Diana movie: shlock about the Princess of frocks?
Although it bombed Diana the movie brought a style icon back to life.

Oct 02, 2013 03:28
by Angie Fox

As the new movie about the late Diana Princess of Wales’ love affair with Pakistani-English heart surgeon Hasnat Khan hits screens we take a retrospective look at one of the most famous style icons of all time. 

The movie Diana may play like a cheap, soap-opera-style matinee, with sappy dialogue and a drawn-out, limp romantic plot line, but there’s no denying the filmmakers took great pains to recreate one of the most iconic women of the modern era.

Naomi Watts does her best with the lacklustre script and, despite being panned by the British media for barely resembling their beloved “Queen of Hearts”, does bring to life the late Princess’s mannerisms and, most notably, her unique wardrobe, reminding us of Diana’s undeniable fashion legacy.

A teacher’s assistant when she met Prince Charles, Diana started out as a shy, princess-in-waiting, favouring the fairy tale princess/Laura Ashley aesthetic replete with bows and frills and one of the longest wedding dress trains in recent history.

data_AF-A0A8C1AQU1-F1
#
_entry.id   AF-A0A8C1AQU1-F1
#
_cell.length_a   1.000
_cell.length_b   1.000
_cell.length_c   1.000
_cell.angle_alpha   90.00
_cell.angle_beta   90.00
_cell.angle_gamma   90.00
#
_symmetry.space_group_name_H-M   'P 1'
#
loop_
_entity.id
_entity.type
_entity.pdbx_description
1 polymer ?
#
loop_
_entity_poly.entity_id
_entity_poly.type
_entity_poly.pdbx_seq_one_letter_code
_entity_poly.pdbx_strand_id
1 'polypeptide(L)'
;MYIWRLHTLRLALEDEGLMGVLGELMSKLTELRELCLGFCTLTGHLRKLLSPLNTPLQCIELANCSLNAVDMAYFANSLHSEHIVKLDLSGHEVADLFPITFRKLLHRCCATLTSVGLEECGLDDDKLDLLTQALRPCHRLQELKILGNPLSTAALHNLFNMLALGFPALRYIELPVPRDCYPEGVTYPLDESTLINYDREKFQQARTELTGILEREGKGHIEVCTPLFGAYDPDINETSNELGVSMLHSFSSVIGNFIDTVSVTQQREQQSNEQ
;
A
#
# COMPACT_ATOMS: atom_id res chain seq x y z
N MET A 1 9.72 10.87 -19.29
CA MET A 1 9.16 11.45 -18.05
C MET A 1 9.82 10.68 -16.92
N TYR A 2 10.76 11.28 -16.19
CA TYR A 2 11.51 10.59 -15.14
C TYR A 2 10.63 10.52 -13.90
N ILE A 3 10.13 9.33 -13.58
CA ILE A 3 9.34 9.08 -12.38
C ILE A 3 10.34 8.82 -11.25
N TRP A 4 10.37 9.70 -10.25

She was also something of an ambassador to the English fashion industry, putting designers like Catherine Walker, Jacques Azagury (who recreated eight of his gowns for the Diana movie), Victor Edelstein and Bruce Oldfield on the map. She favoured Walker, wearing more than 500 of her creations during her Royal life.

Yet, we know all too well the fairy tale didn’t last and in the late 80s and early 90s, as her marriage began to unravel, Diana’s personal style evolved. She began to push the envelope with more daring hemlines and figure-hugging gowns. Who can forget the midnight blue, velvet, Victor Edelstein gown that Diana, together with dance partner John Travolta, tore up the White House floor in during a State Visit to Washington. Not too mention the infamously named “revenge dress”, a tight and short, black, silk Christina Stambolian creation that Diana wore to a public engagement in London the very day that Charles confessed his affair with Camilla Parker Bowles.

Despite championing British designers until her death, her divorce from Charles freed Diana to experiment with international designers for her ongoing public appearances and charitable work. She favoured Versace and was a personal friend of the late Gianni Versace, but also wore designers including Valentino and Christian Lacroix.

Diana’s timeless style can be seen again and again in the creations of designers today, notably her penchant for cobalt blue and sequins, proving you don’t have to be a princess to look chic.

You can bet Princess Catherine is applauding her late mother-in-law’s fashion legacy, as she too has thrown out the dowdy pastel suits, large hats, pearls and matchy-matchy bags.

Which of Diana's fashion phases did you like the best?

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